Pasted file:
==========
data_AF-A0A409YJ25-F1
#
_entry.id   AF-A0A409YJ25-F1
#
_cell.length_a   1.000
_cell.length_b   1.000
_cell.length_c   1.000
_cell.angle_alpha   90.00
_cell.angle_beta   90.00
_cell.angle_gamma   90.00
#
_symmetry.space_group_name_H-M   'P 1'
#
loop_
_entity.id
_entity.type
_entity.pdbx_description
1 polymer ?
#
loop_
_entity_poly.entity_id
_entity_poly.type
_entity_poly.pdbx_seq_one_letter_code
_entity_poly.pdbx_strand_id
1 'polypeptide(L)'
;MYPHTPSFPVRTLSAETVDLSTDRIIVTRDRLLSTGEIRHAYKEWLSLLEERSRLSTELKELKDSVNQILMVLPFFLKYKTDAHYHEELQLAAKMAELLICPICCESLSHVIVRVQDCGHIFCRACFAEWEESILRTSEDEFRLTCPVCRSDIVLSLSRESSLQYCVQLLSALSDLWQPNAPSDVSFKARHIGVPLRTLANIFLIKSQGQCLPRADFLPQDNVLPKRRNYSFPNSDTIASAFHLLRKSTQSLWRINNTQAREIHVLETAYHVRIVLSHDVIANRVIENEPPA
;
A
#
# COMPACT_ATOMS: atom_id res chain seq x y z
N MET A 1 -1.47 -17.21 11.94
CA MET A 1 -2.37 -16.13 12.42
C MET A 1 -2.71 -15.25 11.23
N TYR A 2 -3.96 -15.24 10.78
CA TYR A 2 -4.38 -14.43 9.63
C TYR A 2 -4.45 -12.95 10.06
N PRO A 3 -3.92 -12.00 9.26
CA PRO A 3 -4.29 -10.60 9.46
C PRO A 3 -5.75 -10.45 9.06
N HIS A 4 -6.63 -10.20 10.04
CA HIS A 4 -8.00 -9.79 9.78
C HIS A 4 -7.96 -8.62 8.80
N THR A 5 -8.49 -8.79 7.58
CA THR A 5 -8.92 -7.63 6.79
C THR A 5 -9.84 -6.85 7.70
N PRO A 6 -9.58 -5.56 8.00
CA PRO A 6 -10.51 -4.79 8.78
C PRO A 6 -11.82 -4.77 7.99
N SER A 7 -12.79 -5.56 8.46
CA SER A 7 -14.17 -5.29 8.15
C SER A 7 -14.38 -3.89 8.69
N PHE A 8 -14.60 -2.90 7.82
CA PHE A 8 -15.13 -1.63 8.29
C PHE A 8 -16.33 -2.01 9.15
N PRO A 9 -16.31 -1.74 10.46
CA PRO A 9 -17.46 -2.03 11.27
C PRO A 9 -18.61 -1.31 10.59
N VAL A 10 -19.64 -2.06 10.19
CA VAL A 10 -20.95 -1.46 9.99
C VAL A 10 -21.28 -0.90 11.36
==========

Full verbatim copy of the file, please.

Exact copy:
data_AF-A0A409YJ25-F1
#
_entry.id   AF-A0A409YJ25-F1
#
_cell.length_a   1.000
_cell.length_b   1.000
_cell.length_c   1.000
_cell.angle_alpha   90.00
_cell.angle_beta   90.00
_cell.angle_gamma   90.00
#
_symmetry.space_group_name_H-M   'P 1'
#
loop_
_entity.id
_entity.type
_entity.pdbx_description
1 polymer ?
#
loop_
_entity_poly.entity_id
_entity_poly.type
_entity_poly.pdbx_seq_one_letter_code
_entity_poly.pdbx_strand_id
1 'polypeptide(L)'
;MYPHTPSFPVRTLSAETVDLSTDRIIVTRDRLLSTGEIRHAYKEWLSLLEERSRLSTELKELKDSVNQILMVLPFFLKYKTDAHYHEELQLAAKMAELLICPICCESLSHVIVRVQDCGHIFCRACFAEWEESILRTSEDEFRLTCPVCRSDIVLSLSRESSLQYCVQLLSALSDLWQPNAPSDVSFKARHIGVPLRTLANIFLIKSQGQCLPRADFLPQDNVLPKRRNYSFPNSDTIASAFHLLRKSTQSLWRINNTQAREIHVLETAYHVRIVLSHDVIANRVIENEPPA
;
A
#
# COMPACT_ATOMS: atom_id res chain seq x y z
N MET A 1 -1.47 -17.21 11.94
CA MET A 1 -2.37 -16.13 12.42
C MET A 1 -2.71 -15.25 11.23
N TYR A 2 -3.96 -15.24 10.78
CA TYR A 2 -4.38 -14.43 9.63
C TYR A 2 -4.45 -12.95 10.06
N PRO A 3 -3.92 -12.00 9.26
CA PRO A 3 -4.29 -10.60 9.46
C PRO A 3 -5.75 -10.45 9.06
N HIS A 4 -6.63 -10.20 10.04
CA HIS A 4 -8.00 -9.79 9.78
C HIS A 4 -7.96 -8.62 8.80
N THR A 5 -8.49 -8.79 7.58
CA THR A 5 -8.92 -7.63 6.79
C THR A 5 -9.84 -6.85 7.70
N PRO A 6 -9.58 -5.56 8.00
CA PRO A 6 -10.51 -4.79 8.78
C PRO A 6 -11.82 -4.77 7.99
N SER A 7 -12.79 -5.56 8.46
CA SER A 7 -14.17 -5.29 8.15
C SER A 7 -14.38 -3.89 8.69
N PHE A 8 -14.60 -2.90 7.82
CA PHE A 8 -15.13 -1.63 8.29
C PHE A 8 -16.33 -2.01 9.15
N PRO A 9 -16.31 -1.74 10.46
CA PRO A 9 -17.46 -2.03 11.27
C PRO A 9 -18.61 -1.31 10.59
N VAL A 10 -19.64 -2.06 10.19
CA VAL A 10 -20.95 -1.46 9.99
C VAL A 10 -21.28 -0.90 11.36